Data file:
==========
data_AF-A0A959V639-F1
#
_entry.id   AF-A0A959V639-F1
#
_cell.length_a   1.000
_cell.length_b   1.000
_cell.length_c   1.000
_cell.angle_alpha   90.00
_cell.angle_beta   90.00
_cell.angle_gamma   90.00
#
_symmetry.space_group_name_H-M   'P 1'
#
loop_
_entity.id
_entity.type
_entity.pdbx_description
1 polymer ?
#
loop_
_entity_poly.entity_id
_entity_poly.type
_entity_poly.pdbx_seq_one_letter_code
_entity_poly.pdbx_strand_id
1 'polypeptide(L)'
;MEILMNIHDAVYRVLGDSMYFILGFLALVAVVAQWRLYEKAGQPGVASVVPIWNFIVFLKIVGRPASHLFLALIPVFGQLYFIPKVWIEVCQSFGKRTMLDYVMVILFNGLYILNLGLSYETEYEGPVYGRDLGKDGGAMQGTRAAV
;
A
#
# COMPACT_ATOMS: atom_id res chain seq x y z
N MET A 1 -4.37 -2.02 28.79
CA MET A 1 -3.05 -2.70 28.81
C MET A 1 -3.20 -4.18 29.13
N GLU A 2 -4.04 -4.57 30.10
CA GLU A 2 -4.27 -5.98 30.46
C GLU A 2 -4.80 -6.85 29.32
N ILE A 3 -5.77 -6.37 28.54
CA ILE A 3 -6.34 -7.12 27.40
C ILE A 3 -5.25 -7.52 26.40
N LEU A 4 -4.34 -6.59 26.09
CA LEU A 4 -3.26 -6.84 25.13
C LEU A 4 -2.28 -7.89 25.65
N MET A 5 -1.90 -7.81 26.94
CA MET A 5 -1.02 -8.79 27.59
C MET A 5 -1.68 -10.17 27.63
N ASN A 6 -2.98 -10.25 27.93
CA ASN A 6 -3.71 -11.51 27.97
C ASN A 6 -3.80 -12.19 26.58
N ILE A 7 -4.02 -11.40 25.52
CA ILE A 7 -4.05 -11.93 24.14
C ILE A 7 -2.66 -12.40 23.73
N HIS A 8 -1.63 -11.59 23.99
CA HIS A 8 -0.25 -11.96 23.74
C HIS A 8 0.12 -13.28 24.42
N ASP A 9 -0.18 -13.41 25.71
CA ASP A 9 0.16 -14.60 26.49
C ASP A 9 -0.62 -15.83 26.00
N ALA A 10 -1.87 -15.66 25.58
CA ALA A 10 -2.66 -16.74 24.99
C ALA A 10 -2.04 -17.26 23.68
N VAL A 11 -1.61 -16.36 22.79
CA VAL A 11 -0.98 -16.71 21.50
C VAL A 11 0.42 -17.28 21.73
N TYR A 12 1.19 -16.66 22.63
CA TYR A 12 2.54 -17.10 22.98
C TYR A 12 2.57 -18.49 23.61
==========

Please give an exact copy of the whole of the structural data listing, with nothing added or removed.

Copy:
data_AF-A0A959V639-F1
#
_entry.id   AF-A0A959V639-F1
#
_cell.length_a   1.000
_cell.length_b   1.000
_cell.length_c   1.000
_cell.angle_alpha   90.00
_cell.angle_beta   90.00
_cell.angle_gamma   90.00
#
_symmetry.space_group_name_H-M   'P 1'
#
loop_
_entity.id
_entity.type
_entity.pdbx_description
1 polymer ?
#
loop_
_entity_poly.entity_id
_entity_poly.type
_entity_poly.pdbx_seq_one_letter_code
_entity_poly.pdbx_strand_id
1 'polypeptide(L)'
;MEILMNIHDAVYRVLGDSMYFILGFLALVAVVAQWRLYEKAGQPGVASVVPIWNFIVFLKIVGRPASHLFLALIPVFGQLYFIPKVWIEVCQSFGKRTMLDYVMVILFNGLYILNLGLSYETEYEGPVYGRDLGKDGGAMQGTRAAV
;
A
#
# COMPACT_ATOMS: atom_id res chain seq x y z
N MET A 1 -4.37 -2.02 28.79
CA MET A 1 -3.05 -2.70 28.81
C MET A 1 -3.20 -4.18 29.13
N GLU A 2 -4.04 -4.57 30.10
CA GLU A 2 -4.27 -5.98 30.46
C GLU A 2 -4.80 -6.85 29.32
N ILE A 3 -5.77 -6.37 28.54
CA ILE A 3 -6.34 -7.12 27.40
C ILE A 3 -5.25 -7.52 26.40
N LEU A 4 -4.34 -6.59 26.09
CA LEU A 4 -3.26 -6.84 25.13
C LEU A 4 -2.28 -7.89 25.65
N MET A 5 -1.90 -7.81 26.94
CA MET A 5 -1.02 -8.79 27.59
C MET A 5 -1.68 -10.17 27.63
N ASN A 6 -2.98 -10.25 27.93
CA ASN A 6 -3.71 -11.51 27.97
C ASN A 6 -3.80 -12.19 26.58
N ILE A 7 -4.02 -11.40 25.52
CA ILE A 7 -4.05 -11.93 24.14
C ILE A 7 -2.66 -12.40 23.73
N HIS A 8 -1.63 -11.59 23.99
CA HIS A 8 -0.25 -11.96 23.74
C HIS A 8 0.12 -13.28 24.42
N ASP A 9 -0.18 -13.41 25.71
CA ASP A 9 0.16 -14.60 26.49
C ASP A 9 -0.62 -15.83 26.00
N ALA A 10 -1.87 -15.66 25.58
CA ALA A 10 -2.66 -16.74 24.99
C ALA A 10 -2.04 -17.26 23.68
N VAL A 11 -1.61 -16.36 22.79
CA VAL A 11 -0.98 -16.71 21.50
C VAL A 11 0.42 -17.28 21.73
N TYR A 12 1.19 -16.66 22.63
CA TYR A 12 2.54 -17.10 22.98
C TYR A 12 2.57 -18.49 23.61